A top Israeli military official on Tuesday accused Syrian President Bashar Assad's regime of using chemical weapons in recent fighting in Syria. Syria has denied using such weapons. Assad is shown here at the Opera House in Damascus in January.
Originally published on Sun April 28, 2013 9:51 am
Israel's top military intelligence official said Tuesday that the Syrian government has used chemical weapons repeatedly, and he criticized the international community for not taking tougher action against the Syrian leadership.
Israel and the Syrian opposition have on multiple occasions accused President Bashar Assad's government of using chemical weapons in the country's civil war, but have not offered much in the way of evidence.
Israeli Brig. Gen. Itai Brun, speaking at a security conference in Israel, gave the most definitive statement so far by an Israeli official.
Originally published on Tue April 23, 2013 1:16 pm
Sen. Max Baucus of Montana, an influential red-state Democrat who helped craft Obamacare but bucked his party last week in voting against expanded background checks for gun sales, will retire in 2014, he announced Tuesday.
The chairman of the influential Senate Finance Committee, Baucus was expected to face a potentially tough race for a seventh term after four decades on Capitol Hill. He becomes the sixth Senate Democrat to announce his retirement, as Republicans look for an opportunity to retake Senate control in the midterm elections.
France is poised to become the latest nation to legalize same-sex marriage after its Parliament passed a bill that also legalizes adoptions by same-sex couples.
President Francois Hollande is expected to sign the bill quickly.
Authorities are bracing for the reaction from opponents. Correspondent Eleanor Beardsley tells our Newscast Desk that "supporters are planning a celebratory rally and opponents will stage protests across the country. Opposition in France to gay marriage has radicalized over the past month as far-right extremists have joined the protests."
This is TELL ME MORE from NPR News. I'm Michel Martin. Later in the program we are going to talk about a new study that says that some seniors are actually carrying more debt than their younger peers. We'll dig into that in just a few minutes. But first we want to turn back to Boston. And with one suspect in custody and the other deceased, we're turning our attention to the people whose lives were most changed by the bomb attack at the marathon last week.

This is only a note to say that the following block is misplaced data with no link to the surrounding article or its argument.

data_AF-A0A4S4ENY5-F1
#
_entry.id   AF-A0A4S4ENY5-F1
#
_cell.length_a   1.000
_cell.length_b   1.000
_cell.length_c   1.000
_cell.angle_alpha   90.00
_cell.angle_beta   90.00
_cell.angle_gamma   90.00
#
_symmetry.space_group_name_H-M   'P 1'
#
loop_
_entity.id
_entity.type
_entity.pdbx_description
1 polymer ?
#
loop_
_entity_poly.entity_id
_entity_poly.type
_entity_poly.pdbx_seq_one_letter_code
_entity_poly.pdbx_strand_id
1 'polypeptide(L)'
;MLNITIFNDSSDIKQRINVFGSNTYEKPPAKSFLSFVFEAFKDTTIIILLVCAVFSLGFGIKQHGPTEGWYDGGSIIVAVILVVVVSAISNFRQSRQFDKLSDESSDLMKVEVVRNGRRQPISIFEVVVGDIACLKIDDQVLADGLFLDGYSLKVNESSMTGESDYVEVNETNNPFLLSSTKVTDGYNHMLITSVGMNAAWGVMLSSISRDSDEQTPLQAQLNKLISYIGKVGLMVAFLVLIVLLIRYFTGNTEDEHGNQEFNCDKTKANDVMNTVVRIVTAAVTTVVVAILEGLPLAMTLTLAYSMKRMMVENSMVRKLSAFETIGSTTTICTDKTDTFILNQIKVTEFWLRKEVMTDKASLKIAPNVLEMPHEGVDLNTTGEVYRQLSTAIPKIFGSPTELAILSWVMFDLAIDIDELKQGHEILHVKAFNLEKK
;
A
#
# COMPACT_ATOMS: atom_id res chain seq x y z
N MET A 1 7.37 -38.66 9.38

Tell Me More celebrates National Poetry Month by hearing poetic tweets from listeners for the 'Muses and Metaphor' series. Today's poem comes from listener Randi Ward, who reads her tweet poem, 'My Mother's Hair.'
Even before FIFA President Joseph Blatter announced the 2018 and 2022 World Cup host countries in December, 2010, accusations of corruption were rampant. A panel meant to restore FIFA's image lost a member Monday, as Alexandra Wrage said it was accomplishing nothing.
Originally published on Tue April 23, 2013 3:22 pm
FIFA's efforts to rehabilitate its tarnished public image were dealt twin setbacks Monday when the international soccer federation's Twitter account was hacked and used to send messages joking about corruption. And a member of its reform committee quit, saying they were making no progress.
Update at 3:20 p.m. ET. FIFA Executive Resigns:
Paraguay's Nicolas Leoz resigned from FIFA's executive committee Tuesday, the same week an extensive report on bribery from the group's ethics investigator is to be released.
Matthew McConaughey earned early attention as a sensitive actor with his turn in the 1996 legal drama A Time to Kill -- but since then he has mostly made a career with leading-man roles in romantic comedies like How to Lose a Guy In 10 Days, Failure to Launch and The Wedding Planner.
He calls these "tomorrow roles," and he tells Fresh Air's Terry Gross that he appreciates them for what they are: parts he could land one day and walk on set to film the next day.
Originally published on Wed April 24, 2013 7:37 am
Update at 5 p.m. ET:
Reuters reports that Apple has posted better-than-expected second-quarter earnings of $43.6 billion, "reflecting strong sales of the iPad and iPhone." Wall Street had forecast revenue of $42.3 billion, the wire service says.
We pick up our original post here:
Investors are waiting, many not so eagerly, for a look at how Apple for the second quarter.
Writer Joel Arnold is surveying the scene at the Tribeca Film Festival, which runs in New York City through April 28. He'll be filing occasional dispatches for Monkey See.
Beginning in Bordeaux and traveling as far as western China as it tracks the reach of today's global wine market, Red Obsession uses the banner Bordeaux seasons of 2009 and 2010 as a springboard for an analytical profile of the modern wine industry.
Bolstered by a recent study that found doctors performing hysterectomies performed using a pricey robot didn't produce better results for patients than ordinary — and cheaper — procedures, the American Congress of Obstetricians and Gynecologists recently threw down a latex gauntlet against the use of robots.